AHA, CRF Announce Partnership for 2022 Fall Meeting Sessions

The two groups have created an “educational alliance” that gives both organizations hosting duties at each other’s fall meetings.

AHA, CRF Announce Partnership for 2022 Fall Meeting Sessions

The American Heart Association (AHA) and the Cardiovascular Research Foundation (CRF), publisher of TCTMD, have announced an “educational alliance” that will see both organizations offering joint educational programming at each of their scientific meetings this fall. 

According to a joint press release issued today, AHA faculty will present “Best Practices” programming focused on clinical guidelines and vascular care at the TCT 2022 meeting in Boston, MA, September 16-19. CRF, in turn, will host several TCT sessions at the AHA’s Scientific Sessions 2022 in Chicago, IL, November 5-7, centered on health technology and innovation. Both organizations will jointly host a late-breaking clinical science session at AHA, selecting abstracts for that particular event in tandem.

“The AHA is always looking for ways to amplify the educational experience for the people that come to our meeting, and we are also looking for new partners to help us improve the messaging to clinicians so that care, ultimately, for our patients is better,” AHA Chief Science and Medical Officer Mariell Jessup, MD, told TCTMD. “I think the conversations that we have had with the leaders of TCT were exciting and we said: let's collaborate this year and see if we can build on each other's strengths and make an even better program than what we were planning.”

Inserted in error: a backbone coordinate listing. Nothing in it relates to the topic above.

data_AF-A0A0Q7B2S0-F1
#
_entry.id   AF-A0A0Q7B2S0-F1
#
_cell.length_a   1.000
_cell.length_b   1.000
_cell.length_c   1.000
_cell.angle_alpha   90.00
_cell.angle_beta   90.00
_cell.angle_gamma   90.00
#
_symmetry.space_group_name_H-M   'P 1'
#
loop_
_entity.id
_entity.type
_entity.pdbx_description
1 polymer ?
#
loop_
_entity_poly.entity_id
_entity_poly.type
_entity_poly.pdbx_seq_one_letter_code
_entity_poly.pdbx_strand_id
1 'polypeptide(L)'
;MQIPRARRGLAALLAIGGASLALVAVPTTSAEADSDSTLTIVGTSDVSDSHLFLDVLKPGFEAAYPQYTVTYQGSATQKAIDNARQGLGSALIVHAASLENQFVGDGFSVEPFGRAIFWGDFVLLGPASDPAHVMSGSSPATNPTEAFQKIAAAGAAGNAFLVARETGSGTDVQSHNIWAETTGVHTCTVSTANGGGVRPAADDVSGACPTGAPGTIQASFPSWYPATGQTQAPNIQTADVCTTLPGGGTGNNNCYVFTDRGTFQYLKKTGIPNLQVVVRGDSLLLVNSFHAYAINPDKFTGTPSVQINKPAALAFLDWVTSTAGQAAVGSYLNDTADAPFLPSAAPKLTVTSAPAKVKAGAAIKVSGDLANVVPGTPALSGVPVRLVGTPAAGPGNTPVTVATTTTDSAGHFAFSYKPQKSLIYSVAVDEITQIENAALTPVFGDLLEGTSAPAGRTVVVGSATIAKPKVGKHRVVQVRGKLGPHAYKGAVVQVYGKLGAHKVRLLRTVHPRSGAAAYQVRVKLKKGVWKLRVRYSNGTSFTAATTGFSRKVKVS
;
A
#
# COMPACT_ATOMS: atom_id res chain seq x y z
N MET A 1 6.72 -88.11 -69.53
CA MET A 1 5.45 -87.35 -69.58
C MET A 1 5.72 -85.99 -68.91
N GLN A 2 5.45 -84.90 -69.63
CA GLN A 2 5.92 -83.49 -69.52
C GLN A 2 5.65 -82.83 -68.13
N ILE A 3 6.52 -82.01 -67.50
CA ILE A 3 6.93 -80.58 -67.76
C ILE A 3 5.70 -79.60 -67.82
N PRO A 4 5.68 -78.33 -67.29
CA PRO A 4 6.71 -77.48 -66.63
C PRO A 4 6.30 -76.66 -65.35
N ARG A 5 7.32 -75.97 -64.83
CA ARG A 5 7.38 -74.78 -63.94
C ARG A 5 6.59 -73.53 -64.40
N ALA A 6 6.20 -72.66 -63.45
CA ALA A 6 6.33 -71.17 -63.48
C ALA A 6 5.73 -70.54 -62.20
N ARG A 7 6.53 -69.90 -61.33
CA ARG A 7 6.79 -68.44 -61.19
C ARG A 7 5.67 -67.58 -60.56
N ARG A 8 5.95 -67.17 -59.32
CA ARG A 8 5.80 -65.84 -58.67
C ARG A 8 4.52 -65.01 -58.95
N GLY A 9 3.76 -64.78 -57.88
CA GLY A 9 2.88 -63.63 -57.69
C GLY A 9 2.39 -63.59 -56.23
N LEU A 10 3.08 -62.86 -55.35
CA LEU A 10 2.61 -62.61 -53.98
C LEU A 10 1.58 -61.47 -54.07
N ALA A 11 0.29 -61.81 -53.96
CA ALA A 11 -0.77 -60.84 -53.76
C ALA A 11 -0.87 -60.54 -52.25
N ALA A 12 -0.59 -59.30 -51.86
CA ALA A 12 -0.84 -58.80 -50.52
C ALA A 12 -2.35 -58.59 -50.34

CRF CEO Juan Granada, MD, told TCTMD that his hope is for the joint meeting sessions to be just the starting point for future collaborations. “We have started to discuss potential programs that will come out of this relationship, and we thought that the best way to start is essentially creating a series of educational programs at both meetings,” he said.

What form any future directions might take is yet to be discussed. According to Granada, the first strategic meeting between the two organizations will take place later this month. “This is where we are going to start creating a road map of the priorities, challenges, and opportunities,” he explained. “I will say that there is a tremendous amount of enthusiasm, that high-level people from both organizations are involved, and that we are very excited about extending this collaboration beyond education, as well.”

“I think there's lots of models that we could talk about, as we go forward,” Jessup said. “But we're walking before we're running. We're going to learn a lot from our collaboration this year, and we’ll see the kind of feedback we get from people and observe ourselves how well the meetings go and what we can do from there.”  

Pandemic Priorities

In today’s press release, AHA CEO Nancy Brown noted that “harnessing the strengths” of both organizations is all the more timely, given the continuing demands of the COVID-19 pandemic “and its still-to-be-uncovered impacts throughout the body and especially the heart.”

Granada and Jessup, too, both referenced COVID-19’s footprint in interviews with TCTMD.